Journal of Optometry Journal of Optometry
J Optom 2018;11:67-8 - Vol. 11 Num.2 DOI: 10.1016/j.optom.2018.03.001
Publication bias and the chase for statistical significance
Sesgo en publicación y la búsqueda de significancia estadística
Iván Marín-Franch
Department of Ophthalmology, University of Alabama at Birmingham School of Medicine, Birmingham, AL, USA

Most published research findings are false according to Ioannidis.1 As social animals, we are attracted, sometimes irresistibly, towards accepting sensational positive results and inclined to dismiss the negative ones — which may be just as important. We have also come to believe that the reliability of a result in medical research, including optometry and ophthalmology, should be expressed solely in terms of p-values.1 As a consequence, studies with statistically significant results are not only more likely to be published,2 they are more likely to be cited and promoted,3 a trend that seems to be alive and well in current eye research.4

Since getting a significant result serves researchers and journals better than a negative one, there is a bias (unconscious or otherwise) towards cherry-picking findings. To this end, statistics can be misused to manipulate data and analyses until significant effects are extracted. This form of scientific misconduct is surprisingly common and is known as p-hacking or data dredging or p-value fishing. It was poetically described as the fourth circle of Scientific Hell5:

Those who tried every statistical test in the book until they got a p value less than .05 find themselves here, in an enormous lake of murky water. Sinners sit on boats and must fish for their food. Fortunately, they have a huge selection of different fishing rods and nets (brand names include Bayes, Student, Spearman, and many more). Unfortunately, only one in 20 fish are edible, so the sinners in this circle are constantly hungry.

These unhappy strategies have led to a spurious excess of statistically significant results in the literature6 and a crisis in reproducibility. In a survey of 1500 experimenters,7 about 70% of researchers who attempted to reproduce someone else's experiment failed; even more worryingly, more than 50% failed to reproduce their own experiments. To compound the problem, unsuccessful replications were about half as likely to be published as successful ones, presumably reflecting the existing publication bias. The two most common explanations offered by the scientists surveyed were selective reporting and pressure to publish.

Publication bias and selective reporting lead to an overestimation of the effects of treatment in medical research.2 In conjunction with citation bias and transmutations (where hypotheses are converted into facts through citation), unfounded authority of claims are created.3 Add the predatory behavior of some emerging journals with indifferent peer review along with the misconduct of some researchers concerned more with journal impact than honesty or service,8 and Ioannidis’ claim1 no longer seems an exaggeration. The outcome is an increasing mistrust of medical research, including optometry and ophthalmology, and an environment in which studies of dubious scientific merit8,9 are likely to be more and more common.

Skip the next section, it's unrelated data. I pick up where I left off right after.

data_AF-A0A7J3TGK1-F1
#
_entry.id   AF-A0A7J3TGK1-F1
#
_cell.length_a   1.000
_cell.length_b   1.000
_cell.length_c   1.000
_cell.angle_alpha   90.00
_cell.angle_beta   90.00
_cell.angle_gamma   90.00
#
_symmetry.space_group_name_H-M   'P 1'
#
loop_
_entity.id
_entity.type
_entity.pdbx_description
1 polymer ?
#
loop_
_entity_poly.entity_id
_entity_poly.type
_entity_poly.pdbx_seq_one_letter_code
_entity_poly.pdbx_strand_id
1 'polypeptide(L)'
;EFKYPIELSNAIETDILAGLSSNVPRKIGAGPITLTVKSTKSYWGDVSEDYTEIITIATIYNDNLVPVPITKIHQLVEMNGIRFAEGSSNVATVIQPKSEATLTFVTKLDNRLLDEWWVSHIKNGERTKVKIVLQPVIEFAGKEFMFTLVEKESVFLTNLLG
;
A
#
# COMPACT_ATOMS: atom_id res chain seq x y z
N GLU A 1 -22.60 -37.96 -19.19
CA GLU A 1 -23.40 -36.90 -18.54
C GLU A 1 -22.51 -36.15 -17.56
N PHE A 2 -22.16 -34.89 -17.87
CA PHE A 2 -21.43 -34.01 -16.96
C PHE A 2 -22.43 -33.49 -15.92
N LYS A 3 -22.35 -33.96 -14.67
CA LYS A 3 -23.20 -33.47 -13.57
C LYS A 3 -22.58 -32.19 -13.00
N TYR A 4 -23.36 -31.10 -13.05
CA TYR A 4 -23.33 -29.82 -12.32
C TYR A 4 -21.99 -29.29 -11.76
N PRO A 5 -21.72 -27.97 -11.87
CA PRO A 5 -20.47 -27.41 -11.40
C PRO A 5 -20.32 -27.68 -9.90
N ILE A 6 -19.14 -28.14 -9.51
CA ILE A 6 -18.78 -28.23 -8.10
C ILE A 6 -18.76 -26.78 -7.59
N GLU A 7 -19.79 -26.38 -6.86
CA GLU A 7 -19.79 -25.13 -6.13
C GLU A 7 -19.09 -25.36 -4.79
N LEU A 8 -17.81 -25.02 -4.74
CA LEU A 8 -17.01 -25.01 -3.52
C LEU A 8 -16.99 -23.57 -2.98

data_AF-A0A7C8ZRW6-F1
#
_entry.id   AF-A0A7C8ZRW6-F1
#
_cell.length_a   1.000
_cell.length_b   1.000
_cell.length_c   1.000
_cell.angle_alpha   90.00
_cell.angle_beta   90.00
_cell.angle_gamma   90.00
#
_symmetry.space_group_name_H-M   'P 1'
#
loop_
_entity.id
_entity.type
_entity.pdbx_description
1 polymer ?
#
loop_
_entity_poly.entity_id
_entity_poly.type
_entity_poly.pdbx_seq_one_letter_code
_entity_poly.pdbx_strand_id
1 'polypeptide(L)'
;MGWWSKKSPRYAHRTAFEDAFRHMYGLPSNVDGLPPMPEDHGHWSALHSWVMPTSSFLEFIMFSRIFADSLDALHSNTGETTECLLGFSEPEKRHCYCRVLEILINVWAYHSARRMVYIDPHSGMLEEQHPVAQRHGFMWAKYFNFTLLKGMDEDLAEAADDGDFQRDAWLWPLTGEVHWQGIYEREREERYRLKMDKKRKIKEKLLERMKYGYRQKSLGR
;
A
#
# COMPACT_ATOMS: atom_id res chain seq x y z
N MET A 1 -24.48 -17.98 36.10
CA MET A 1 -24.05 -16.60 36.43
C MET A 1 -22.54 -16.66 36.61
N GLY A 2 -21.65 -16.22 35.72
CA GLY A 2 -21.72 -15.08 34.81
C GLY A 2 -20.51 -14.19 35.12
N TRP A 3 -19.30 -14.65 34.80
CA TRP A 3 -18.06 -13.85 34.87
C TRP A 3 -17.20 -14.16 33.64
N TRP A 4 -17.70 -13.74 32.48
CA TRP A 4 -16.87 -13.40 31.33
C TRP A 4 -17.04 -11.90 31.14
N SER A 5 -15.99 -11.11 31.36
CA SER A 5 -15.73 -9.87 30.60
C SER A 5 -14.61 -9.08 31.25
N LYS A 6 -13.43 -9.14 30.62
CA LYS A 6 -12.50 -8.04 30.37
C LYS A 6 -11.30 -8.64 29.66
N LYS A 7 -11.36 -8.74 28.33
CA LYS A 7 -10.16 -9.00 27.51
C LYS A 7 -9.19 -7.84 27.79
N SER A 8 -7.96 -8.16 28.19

Science is a self-correcting process, with the ability to recognize and address its problems as they emerge.1–3,6–9 Measures are being introduced, albeit slowly, to prevent publication bias and avoid publication of p-hacked results. One such measure is pre-registration, whereby scientists submit hypotheses and plans for data analysis to a third party before performing experiments.7 Another important step has been taken by the American Statistical Association in releasing a statement on the professional use of p-values6 and inferential statistics. Additionally, some journals such as PLoS ONE10 and Scientific Reports11 have editorial policies that explicitly welcome papers with negative results and requests reviewers to assess methodological and analytical merit alone, leaving the research community to judge importance and significance after publication. Unfortunately, all these reforms will take time to influence the larger community.

Publication in high-impact journals often seems to be an end in itself, rather than a means to help advance our field. Although journal publishers, funding organizations, and institutions12 are working to mitigate the destructive effects of a publish-or-perish culture, we researchers remain the key: resisting the temptation to cut corners, promoting codes of ethical conduct, and adopting high-quality standards.12 In the long term, it is to the benefit of us all.

J.P.A. Ioannidis
Why most published research findings are false
PLoS Med, 2 (2005),
P.J. Easterbrook,J.A. Berlin,R. Gopalan,D.R. Matthews
Publication bias in clinical research
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S.A. Greenberg
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Br Med J, 339 (2009), pp. 1-14
M. Mimouni,M. Krauthammer,A. Gershoni,F. Mimouni,R. Nesher
Positive results bias and impact factor in ophthalmology
Curr Eye Res, 40 (2015), pp. 858-861
The nine circles of Scientific Hell
Perspect Psychol Sci, 7 (2012), pp. 643-644
[This article is adapted from a post originally published on the Neuroskeptic blog on November 649, 2010:] Accessed
R.L. Wasserstein,N.A. Lazar
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Am Stat, (2016),
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1,500 scientists lift the lid on reproducibility
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D.P. Piñero
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Science, pseudoscience, evidence-based practice and post truth
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Nuffield Council on Bioethics, (2014)
Copyright © 2018. Spanish General Council of Optometry
J Optom 2018;11:67-8 - Vol. 11 Num.2 DOI: 10.1016/j.optom.2018.03.001